My particular focus with this website and the routines that I do is strength training and there is very good reason for that.
As we age, strength training is crucial for maintaining the ability to have an active independent lifestyle. The average 70 to 75 year old will experience roughly a 25% decline in his or her muscle strength, which is a concern but you can do something about it so why wait?
A strength training or resistance workout can be as little as 10-15 minutes 3 or 4 times a week without putting too much stress or strain on your joints; you can add some cardio work for an all over body routine that also increases your heart rate and helps keep your heart healthy. Personally I prefer to do 45 minutes to an hour twice a week and focus mainly on strength training using the routines I show on this website. I incorporate some cardio to raise my heart rate and keep my heart healthy but high impact isn’t something I focus on.
One of my key points with the routines that I post is technique. Good form is crucial when strength training. Pay close attention to your form and build slowly and consistently, don’t push too hard or too fast. It may take 1 or 2 months before you start to see benefits but it’s worth it, you will start to move better and have improved flexibility and less aches and pains. You then gradually build on this platform and increase your strength and overall fitness. It’s well worth the patience in the long term for a better quality of life. You should really feel the muscle group that you are working so that you can reap the benefits.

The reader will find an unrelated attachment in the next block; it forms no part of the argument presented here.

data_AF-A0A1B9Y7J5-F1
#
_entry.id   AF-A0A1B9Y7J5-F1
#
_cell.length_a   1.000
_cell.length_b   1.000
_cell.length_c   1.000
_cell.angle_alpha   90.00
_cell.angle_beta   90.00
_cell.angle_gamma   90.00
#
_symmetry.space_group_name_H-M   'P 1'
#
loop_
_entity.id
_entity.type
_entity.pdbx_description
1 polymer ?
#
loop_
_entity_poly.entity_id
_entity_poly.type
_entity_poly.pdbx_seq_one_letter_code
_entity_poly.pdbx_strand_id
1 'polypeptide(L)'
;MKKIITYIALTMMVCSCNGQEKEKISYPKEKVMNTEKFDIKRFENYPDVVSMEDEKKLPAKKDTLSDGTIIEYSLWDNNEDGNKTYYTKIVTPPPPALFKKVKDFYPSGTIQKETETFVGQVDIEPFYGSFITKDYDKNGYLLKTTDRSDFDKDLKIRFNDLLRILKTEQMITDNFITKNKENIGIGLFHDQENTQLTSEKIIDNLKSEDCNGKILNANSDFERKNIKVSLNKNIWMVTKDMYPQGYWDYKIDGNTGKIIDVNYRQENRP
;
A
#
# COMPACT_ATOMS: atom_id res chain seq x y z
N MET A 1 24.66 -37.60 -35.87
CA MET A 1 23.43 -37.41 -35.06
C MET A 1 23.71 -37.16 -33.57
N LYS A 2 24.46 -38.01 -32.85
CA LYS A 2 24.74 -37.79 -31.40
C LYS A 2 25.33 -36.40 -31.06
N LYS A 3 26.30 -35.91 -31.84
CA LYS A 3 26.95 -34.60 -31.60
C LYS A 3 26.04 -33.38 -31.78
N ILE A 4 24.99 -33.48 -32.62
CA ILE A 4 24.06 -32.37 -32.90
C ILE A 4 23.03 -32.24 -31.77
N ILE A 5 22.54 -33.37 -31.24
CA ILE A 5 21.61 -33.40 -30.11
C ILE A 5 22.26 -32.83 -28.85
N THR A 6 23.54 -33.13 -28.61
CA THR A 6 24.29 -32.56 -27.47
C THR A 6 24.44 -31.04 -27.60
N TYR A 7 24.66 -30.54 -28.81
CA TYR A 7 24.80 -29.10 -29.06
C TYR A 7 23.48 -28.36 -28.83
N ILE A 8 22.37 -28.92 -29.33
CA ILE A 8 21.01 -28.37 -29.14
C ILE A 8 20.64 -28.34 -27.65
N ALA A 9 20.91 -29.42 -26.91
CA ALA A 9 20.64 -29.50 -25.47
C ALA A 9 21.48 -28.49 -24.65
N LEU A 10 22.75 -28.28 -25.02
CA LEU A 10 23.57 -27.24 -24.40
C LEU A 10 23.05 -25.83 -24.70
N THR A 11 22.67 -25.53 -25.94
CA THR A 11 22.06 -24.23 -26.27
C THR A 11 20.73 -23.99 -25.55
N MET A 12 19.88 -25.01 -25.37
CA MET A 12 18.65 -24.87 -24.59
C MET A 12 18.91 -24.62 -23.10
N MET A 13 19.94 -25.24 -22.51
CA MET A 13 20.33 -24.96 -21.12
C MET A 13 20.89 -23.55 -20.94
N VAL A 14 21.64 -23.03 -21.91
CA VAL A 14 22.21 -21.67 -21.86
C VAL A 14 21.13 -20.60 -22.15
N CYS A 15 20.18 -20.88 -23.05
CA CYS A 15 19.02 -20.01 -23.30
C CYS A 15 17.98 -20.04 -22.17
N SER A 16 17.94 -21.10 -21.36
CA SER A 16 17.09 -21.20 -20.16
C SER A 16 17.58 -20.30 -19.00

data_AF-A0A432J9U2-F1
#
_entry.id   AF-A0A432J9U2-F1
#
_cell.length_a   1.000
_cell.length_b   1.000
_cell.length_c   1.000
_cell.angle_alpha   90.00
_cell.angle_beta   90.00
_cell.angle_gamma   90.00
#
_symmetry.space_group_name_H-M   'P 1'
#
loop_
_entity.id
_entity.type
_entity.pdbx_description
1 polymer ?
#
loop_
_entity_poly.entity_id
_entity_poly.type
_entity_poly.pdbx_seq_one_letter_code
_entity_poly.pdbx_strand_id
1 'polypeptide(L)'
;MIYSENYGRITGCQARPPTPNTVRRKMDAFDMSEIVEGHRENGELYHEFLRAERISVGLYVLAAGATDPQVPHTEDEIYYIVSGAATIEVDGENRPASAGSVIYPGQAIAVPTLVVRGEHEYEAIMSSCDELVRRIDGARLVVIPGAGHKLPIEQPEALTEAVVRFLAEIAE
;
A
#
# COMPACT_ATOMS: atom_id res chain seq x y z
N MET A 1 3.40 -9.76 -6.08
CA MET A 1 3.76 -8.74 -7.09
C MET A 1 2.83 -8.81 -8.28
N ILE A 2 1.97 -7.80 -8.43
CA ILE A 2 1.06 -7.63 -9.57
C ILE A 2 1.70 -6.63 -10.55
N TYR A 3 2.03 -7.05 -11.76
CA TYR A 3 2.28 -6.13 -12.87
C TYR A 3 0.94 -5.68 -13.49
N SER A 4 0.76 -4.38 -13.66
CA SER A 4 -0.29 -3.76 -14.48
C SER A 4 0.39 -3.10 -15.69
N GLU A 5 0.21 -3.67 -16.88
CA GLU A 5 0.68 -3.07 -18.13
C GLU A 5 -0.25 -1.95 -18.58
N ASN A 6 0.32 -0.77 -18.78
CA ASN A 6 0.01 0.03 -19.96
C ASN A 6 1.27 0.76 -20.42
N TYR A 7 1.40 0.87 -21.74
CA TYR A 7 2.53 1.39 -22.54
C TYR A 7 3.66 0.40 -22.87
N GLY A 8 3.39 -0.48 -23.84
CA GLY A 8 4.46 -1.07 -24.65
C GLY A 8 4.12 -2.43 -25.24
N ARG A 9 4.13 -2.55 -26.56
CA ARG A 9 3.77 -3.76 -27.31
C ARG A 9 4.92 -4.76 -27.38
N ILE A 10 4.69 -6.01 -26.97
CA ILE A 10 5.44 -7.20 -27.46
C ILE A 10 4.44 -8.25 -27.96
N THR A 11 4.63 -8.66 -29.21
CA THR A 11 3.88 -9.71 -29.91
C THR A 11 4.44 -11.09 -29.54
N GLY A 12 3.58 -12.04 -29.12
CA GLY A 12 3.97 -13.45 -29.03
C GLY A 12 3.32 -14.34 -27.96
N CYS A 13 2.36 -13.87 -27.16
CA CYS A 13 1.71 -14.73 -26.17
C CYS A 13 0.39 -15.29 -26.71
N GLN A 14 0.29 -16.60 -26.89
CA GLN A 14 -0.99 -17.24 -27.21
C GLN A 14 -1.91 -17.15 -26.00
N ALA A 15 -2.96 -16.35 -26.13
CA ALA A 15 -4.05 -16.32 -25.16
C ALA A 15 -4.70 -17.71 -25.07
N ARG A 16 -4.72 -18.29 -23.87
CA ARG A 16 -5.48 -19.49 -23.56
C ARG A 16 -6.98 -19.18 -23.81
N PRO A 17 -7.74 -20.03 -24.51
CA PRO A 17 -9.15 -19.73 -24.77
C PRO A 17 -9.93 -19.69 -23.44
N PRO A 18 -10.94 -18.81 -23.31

It’s important to start slow and build up gradually in order to prevent injuries and to discuss your workout plan with your doctor, especially if you have high blood pressure, any form of disease or issues that may impact your health. It’s not unusual to experience mild muscle soreness in the first 1-2 weeks, but if you have worsening muscle soreness or pain, its important to speak to your doctor.
Strength training using your own body weight, free weights (such as dumbbells) or resistance bands can help to build and maintain muscle mass and strength. Strong muscles maintain and produce stronger bones. Having strong bones is a key way to reduce the risk of fractures, which can result from osteoporosis.
Strength training and resistance workouts, especially those that include exercises focusing on balance and core work, play an important role in increasing strength and stability. This can increase confidence and well being, helping you to remain active, and decrease the possibility of fractures due to falls.